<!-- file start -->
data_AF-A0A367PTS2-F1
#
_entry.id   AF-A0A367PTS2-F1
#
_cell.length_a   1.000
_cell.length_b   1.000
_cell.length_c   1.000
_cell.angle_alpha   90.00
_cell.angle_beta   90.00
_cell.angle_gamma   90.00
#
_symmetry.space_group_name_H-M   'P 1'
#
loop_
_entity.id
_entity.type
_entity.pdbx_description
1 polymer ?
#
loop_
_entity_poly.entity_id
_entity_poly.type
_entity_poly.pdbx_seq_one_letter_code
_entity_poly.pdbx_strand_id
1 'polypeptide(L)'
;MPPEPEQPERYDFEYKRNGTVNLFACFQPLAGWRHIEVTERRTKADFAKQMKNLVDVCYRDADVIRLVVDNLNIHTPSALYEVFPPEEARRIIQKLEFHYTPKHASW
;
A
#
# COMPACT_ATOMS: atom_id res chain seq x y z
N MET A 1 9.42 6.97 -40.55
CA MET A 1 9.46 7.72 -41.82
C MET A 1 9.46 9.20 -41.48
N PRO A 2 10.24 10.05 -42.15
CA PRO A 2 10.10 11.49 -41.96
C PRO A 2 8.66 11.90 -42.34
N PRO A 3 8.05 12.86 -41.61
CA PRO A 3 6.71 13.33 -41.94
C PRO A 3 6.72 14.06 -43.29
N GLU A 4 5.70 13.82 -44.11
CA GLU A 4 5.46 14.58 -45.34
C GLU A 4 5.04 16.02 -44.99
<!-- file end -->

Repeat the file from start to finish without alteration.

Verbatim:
data_AF-A0A367PTS2-F1
#
_entry.id   AF-A0A367PTS2-F1
#
_cell.length_a   1.000
_cell.length_b   1.000
_cell.length_c   1.000
_cell.angle_alpha   90.00
_cell.angle_beta   90.00
_cell.angle_gamma   90.00
#
_symmetry.space_group_name_H-M   'P 1'
#
loop_
_entity.id
_entity.type
_entity.pdbx_description
1 polymer ?
#
loop_
_entity_poly.entity_id
_entity_poly.type
_entity_poly.pdbx_seq_one_letter_code
_entity_poly.pdbx_strand_id
1 'polypeptide(L)'
;MPPEPEQPERYDFEYKRNGTVNLFACFQPLAGWRHIEVTERRTKADFAKQMKNLVDVCYRDADVIRLVVDNLNIHTPSALYEVFPPEEARRIIQKLEFHYTPKHASW
;
A
#
# COMPACT_ATOMS: atom_id res chain seq x y z
N MET A 1 9.42 6.97 -40.55
CA MET A 1 9.46 7.72 -41.82
C MET A 1 9.46 9.20 -41.48
N PRO A 2 10.24 10.05 -42.15
CA PRO A 2 10.10 11.49 -41.96
C PRO A 2 8.66 11.90 -42.34
N PRO A 3 8.05 12.86 -41.61
CA PRO A 3 6.71 13.33 -41.94
C PRO A 3 6.72 14.06 -43.29
N GLU A 4 5.70 13.82 -44.11
CA GLU A 4 5.46 14.58 -45.34
C GLU A 4 5.04 16.02 -44.99